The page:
<p>Good evening(probably good morning in America)</p>
<p>Now, I'm choosing between Vassar and Grinnell for my ED1. I'm an international student, and I need FA about $25,000.</p>
<p>I know that both are great schools, but I want to know more. Between Vassar and Grinnell, whose prestige and reputation is better? That really matters for my parents...</p>
<p>And another question: does people in U.S. tend to think a man from Vassar as gay or something? Any bias caused from history of Vassar as women's college(ew, such great schools as Weselley and Smith, they are all for women. It's really discrimination against men)</p>
<p>Thanks for your kind replies;), Have a good day.</p>
vassar.. gay... no way!!</p>
<p>vassar is a very rich college...
u will have no problem with aid n stuff..
grinnel is good too...
a little thumbs down with aid compared to vassar though..</p>
<p>it'd b better if u'd post yr stats.. y'know.. academics, test scores, eca n stuff.. u wud get better advices then.. cheers!!</p>
<p>Vassar is the more prestigious school due to its location in the Northeastern U.S. rather than to any significant difference in academic quality. It is also a very gay friendly school as is Grinnell.</p>
<p>Vassar is more prestigious. Also, Vassar needs more guys to offset the high female to male ratio.</p>
<p>Of course, I'm biased as a current Vassar student, but I would say that Vassar is probably more prestigious than Grinnell. Both schools are fine institutions; it's just that Vassar is more well-known thanks to its location in the Northeast and its rich tradition as one of the Seven Sisters.</p>
<p>Moving on to your question about gay men at Vassar... first off all, not all males that go to Vassar are gay. The school has a very LGBT-friendly campus (as does Grinnell); however, there are plenty of straight male on-campus.</p>
<p>And lastly, Vassar is known to offer very good financial aid, thanks to its large endowment (I'm sure Grinnell's is good too, I'm just not as well-versed on that school). Vassar is not need-blind for international students; however, if you are accepted, the school guarantees to meet your financial needs for the four years you attend the school.</p>
<p>OP - there is a surprisingly good resource for information on just about anything, including colleges... Wikipedia.</p>
<p>Here is the wikipedia article on Vassar: Vassar</a> College - Wikipedia, the free encyclopedia</p>
<p>You will see before 1950 it was a bastion of Protestant elitism. That was a long time ago.</p>
<p>I agree with the above poster: Vassar and Grinnell are acadmicallyl equivalent. They are not socially or peceptually equivalent. No comparison.</p>
<p>Thanks a lot for all your replies:) So, you mean that my worry about gay-perception is a total baseless anxiety.</p>
<p>vassar arguably has better name recognition especially on the east coast. however, as far as prestige goes, grinnell is somewhat more respected, at least in the academic circle (see usnews peer assessment). looking at financial resources, grinnell's 1.8 billion endowment more than double that of vassar which has a thousand more students.</p>
<p>you shouldn't be applying ED if you need financial aid. it's not a matter of grinnell vs vassar. don't apply ED if you can't afford the price ticket.</p>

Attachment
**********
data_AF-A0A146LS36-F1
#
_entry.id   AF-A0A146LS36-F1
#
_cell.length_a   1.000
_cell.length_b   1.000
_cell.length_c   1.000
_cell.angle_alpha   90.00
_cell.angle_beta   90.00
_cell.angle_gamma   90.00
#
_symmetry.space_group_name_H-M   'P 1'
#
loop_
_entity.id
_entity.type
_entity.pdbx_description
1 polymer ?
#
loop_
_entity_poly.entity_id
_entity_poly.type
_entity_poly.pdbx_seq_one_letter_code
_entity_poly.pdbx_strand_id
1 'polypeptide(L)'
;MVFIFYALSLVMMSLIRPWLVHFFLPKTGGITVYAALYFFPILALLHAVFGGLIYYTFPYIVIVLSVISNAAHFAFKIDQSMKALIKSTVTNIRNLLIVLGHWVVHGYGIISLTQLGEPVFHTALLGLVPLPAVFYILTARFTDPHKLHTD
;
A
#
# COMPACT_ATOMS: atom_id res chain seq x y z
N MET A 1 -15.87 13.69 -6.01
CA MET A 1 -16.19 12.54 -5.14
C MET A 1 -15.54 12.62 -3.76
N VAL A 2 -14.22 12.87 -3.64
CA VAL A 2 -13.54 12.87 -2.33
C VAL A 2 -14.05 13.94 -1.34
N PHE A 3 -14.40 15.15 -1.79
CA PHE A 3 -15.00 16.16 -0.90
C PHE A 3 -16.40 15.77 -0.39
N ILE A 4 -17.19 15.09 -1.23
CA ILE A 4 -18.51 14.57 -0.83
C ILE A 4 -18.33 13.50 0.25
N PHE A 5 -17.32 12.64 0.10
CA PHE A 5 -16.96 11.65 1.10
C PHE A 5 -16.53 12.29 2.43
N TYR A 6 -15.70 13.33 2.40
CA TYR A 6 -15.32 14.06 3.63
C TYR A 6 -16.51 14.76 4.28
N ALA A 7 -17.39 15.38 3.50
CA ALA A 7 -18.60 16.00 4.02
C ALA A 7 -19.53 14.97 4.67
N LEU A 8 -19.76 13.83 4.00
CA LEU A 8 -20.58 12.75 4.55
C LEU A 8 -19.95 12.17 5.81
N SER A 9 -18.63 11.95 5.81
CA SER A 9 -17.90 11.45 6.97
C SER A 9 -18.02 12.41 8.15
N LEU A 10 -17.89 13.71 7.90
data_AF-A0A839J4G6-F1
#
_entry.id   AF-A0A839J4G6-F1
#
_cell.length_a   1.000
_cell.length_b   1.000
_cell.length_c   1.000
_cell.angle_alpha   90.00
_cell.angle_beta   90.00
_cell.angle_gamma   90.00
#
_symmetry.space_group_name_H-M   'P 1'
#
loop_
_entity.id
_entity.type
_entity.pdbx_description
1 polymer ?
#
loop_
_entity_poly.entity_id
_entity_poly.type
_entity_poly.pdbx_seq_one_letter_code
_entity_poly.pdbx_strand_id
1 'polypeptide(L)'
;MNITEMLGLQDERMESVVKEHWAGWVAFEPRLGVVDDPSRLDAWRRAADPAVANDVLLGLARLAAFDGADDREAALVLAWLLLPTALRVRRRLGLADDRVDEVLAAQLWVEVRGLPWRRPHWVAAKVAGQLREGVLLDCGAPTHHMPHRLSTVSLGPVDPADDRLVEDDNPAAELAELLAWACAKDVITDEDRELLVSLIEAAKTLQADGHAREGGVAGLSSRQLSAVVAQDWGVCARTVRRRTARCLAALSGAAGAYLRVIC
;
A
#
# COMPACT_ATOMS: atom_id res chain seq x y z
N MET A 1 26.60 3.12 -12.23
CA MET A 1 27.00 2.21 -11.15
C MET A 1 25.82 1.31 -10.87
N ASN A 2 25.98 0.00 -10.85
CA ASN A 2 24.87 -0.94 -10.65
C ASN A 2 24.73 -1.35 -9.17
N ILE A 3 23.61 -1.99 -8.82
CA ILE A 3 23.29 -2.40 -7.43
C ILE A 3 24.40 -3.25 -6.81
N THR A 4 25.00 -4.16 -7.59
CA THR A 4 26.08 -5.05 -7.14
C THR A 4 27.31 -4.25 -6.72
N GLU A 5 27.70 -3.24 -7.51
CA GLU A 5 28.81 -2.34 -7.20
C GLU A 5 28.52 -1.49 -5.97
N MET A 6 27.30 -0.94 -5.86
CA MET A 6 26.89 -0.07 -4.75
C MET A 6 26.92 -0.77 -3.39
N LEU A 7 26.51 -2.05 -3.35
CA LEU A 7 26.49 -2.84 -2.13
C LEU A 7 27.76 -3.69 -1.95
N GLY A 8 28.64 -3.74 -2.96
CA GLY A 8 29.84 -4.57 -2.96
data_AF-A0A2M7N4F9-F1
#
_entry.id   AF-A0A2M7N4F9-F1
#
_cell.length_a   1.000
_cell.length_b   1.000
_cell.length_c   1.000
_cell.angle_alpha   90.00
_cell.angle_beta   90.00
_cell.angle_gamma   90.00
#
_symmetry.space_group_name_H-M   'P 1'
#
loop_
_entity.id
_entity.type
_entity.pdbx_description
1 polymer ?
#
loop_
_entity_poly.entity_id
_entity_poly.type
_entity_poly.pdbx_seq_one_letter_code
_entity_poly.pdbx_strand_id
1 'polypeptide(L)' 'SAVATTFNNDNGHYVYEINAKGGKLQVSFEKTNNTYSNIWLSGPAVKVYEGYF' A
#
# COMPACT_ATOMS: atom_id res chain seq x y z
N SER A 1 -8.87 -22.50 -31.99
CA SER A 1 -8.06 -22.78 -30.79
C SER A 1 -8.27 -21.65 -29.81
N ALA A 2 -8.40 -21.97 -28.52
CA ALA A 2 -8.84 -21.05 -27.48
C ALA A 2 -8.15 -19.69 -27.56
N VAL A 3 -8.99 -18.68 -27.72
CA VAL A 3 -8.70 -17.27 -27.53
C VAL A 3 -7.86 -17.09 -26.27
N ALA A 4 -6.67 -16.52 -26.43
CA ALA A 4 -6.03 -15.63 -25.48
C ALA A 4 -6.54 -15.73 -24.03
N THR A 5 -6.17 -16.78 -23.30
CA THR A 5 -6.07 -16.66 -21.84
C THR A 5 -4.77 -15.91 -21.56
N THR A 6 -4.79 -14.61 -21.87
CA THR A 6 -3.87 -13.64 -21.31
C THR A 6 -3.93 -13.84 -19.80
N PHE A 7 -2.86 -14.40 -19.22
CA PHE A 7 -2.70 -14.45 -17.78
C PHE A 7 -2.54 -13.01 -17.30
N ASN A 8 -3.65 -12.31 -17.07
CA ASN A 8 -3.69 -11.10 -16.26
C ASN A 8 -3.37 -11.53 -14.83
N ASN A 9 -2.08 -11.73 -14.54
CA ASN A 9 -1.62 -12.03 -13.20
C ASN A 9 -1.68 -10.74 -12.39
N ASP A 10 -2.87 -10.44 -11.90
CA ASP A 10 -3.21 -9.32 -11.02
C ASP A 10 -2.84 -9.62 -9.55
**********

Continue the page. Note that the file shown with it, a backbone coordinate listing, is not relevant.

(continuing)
<p>Why would you worry about a "gay-perception," as you put it?</p>
<p>We visited both schools and liked them both. S did ED at Grinnell and loves it. The schools have different personalities so you might want to think about fit:</p>
<p>-both schools are gay-friendly and no one intelligent will assume you are gay just because you go to Vassar. However, Vassar's male to female student ratio skews more heavily female and this has an impact on the feel of the place. You will have an easier time getting into Vassar if you are male. (If you could take the campus tour, you could see the ratio in action: 15 girls and 3 guys the day we were there. Could be coincidence, but I don't think so.)
-Vassar is urban:It's in Poughkeepsie which is a rather unappealing city, although the campus is lovely and self-contained. Grinnell is rural, located in a small town about 1 hours drive from Des Moines and 1 hr 15min from Iowa City.<br>
-Vassar is better known to the general public, especially on the east coast, because of its long history as an elite women's college. Grinnell achieved prominence more recently thanks to their amazing endowment (courtesy of Robert Noyce and Warren Buffet) which has been used to attract top faculty, build amazing facilities, and provide the students with incredible opportunities socially and academically. It is, however, less well known outside of academia-so if you parents need bragging rights, this could be an issue. Within academia both are highly regarded, although Grinnell may have the edge with Phd programs just because so many of their students end up there.
-Vassar is more artsy and has an definite east-coast vibe culturally. Some accuse it of being pretentious: It is definitely more aggressive and more self-promoting (It has to be-there is a lot more competition on the east coast for students.) It's also somewhat larger than Grinnell-so more classes to choose from. Grinnell is often described as quirky and independent, and very midwestern culturally. S loved Grinnell's self-effacing, understated culture. And people in town say hello to strangers on the street-you will too, if you go there.
-Now that Grinnell has opened their new student center, the food at Grinnell is better than at Vassar.</p>
<p>By the way, 11% of students are Grinnell are foreign, the average FA package this year for internationals was $23K (as I recall), and they accepted approximately 10% of those internationals who applied. There is already a large Chinese and South Asian presence on campus: If you are applying from Latin America or Africa, you will have a significant advantage.</p>
<p>Hope this helps.</p>